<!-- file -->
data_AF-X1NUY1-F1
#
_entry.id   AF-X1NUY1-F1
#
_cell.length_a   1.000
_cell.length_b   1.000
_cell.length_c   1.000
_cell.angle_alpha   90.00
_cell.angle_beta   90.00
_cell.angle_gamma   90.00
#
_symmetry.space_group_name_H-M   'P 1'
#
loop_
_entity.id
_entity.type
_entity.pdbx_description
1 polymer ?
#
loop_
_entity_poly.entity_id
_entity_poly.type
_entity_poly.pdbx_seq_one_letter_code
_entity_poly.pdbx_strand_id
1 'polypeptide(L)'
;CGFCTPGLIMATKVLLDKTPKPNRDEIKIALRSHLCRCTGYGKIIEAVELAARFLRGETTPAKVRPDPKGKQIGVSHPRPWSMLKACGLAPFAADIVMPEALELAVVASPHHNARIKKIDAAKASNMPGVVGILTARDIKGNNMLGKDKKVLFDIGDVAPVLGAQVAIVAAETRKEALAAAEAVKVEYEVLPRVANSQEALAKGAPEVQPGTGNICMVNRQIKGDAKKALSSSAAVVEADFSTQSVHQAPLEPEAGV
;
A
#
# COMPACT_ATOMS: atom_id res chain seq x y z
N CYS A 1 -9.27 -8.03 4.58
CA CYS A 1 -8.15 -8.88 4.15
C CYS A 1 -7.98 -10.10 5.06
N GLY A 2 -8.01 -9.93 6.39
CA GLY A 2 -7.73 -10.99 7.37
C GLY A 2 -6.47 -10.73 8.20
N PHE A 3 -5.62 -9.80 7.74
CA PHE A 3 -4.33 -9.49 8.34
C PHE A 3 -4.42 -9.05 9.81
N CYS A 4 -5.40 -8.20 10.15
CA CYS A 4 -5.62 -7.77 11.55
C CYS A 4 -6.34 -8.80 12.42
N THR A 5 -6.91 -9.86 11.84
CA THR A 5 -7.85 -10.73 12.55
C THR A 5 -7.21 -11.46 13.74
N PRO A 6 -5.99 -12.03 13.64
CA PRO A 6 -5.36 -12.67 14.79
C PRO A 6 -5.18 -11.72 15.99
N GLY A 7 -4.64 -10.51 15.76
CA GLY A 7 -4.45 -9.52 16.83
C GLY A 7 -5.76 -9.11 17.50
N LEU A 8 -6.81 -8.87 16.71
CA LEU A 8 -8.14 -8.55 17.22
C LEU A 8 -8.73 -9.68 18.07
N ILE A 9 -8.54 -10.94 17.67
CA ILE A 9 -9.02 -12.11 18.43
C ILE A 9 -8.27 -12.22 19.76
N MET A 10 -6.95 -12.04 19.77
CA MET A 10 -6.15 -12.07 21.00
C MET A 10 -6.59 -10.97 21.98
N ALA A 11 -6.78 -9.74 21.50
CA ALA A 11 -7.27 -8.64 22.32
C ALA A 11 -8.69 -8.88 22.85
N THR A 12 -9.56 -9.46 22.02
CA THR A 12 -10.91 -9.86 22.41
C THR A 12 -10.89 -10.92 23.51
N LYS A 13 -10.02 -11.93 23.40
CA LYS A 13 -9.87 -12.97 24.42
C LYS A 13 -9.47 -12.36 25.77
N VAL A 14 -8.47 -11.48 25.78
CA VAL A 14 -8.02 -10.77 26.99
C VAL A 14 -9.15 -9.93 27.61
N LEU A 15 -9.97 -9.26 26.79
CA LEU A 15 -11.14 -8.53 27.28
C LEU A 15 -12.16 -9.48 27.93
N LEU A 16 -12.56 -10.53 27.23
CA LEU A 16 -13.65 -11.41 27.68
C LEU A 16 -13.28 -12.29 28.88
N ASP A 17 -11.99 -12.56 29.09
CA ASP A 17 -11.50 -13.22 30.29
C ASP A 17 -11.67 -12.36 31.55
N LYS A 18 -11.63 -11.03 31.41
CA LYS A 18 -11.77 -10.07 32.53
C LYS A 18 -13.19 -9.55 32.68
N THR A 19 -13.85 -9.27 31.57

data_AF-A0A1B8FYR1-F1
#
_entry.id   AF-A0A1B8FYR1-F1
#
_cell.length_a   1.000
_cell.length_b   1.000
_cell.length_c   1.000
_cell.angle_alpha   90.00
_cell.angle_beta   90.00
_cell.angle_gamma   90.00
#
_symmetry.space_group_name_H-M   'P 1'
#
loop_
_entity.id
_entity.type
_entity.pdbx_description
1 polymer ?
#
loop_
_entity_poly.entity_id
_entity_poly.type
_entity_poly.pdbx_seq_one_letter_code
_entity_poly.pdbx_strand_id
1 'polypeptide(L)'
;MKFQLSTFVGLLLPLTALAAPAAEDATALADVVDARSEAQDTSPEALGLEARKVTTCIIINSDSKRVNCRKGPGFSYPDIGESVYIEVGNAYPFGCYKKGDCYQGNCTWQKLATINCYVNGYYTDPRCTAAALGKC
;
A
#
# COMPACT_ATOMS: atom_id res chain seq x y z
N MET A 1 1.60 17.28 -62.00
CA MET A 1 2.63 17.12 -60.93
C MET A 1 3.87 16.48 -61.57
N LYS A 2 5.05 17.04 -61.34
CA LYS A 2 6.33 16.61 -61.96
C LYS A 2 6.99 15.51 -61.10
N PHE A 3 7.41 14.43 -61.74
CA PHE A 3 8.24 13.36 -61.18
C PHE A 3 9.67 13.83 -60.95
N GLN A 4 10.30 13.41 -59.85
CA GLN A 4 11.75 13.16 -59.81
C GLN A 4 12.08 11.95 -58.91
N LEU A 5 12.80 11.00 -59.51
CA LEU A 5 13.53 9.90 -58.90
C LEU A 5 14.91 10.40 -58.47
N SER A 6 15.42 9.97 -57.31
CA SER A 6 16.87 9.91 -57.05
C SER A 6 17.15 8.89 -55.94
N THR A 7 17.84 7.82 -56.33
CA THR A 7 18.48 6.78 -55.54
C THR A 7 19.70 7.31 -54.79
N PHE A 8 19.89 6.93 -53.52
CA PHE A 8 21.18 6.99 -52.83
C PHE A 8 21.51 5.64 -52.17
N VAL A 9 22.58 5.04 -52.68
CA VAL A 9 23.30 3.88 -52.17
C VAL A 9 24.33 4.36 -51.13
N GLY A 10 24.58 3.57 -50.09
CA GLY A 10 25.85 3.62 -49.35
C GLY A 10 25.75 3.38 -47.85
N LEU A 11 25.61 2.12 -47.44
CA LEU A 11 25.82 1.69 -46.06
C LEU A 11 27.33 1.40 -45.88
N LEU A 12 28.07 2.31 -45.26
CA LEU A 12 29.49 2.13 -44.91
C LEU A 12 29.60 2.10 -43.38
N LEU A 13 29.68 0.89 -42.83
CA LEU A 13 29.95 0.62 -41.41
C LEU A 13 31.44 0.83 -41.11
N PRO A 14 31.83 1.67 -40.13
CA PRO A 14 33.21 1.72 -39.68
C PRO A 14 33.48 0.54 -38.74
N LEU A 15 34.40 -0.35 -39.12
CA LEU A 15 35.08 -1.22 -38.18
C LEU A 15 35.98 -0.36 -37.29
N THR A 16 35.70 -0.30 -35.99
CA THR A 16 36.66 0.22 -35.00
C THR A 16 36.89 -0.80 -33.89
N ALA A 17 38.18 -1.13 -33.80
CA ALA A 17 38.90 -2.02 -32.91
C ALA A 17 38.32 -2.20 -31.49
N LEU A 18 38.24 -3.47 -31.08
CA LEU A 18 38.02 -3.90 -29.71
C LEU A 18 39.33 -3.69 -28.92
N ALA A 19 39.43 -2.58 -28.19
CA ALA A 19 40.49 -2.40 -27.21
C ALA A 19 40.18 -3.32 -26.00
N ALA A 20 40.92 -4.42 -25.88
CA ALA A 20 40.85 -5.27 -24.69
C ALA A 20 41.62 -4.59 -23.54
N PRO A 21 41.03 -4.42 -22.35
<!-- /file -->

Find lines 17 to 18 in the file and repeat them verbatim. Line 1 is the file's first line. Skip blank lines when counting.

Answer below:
_entity.pdbx_description
1 polymer ?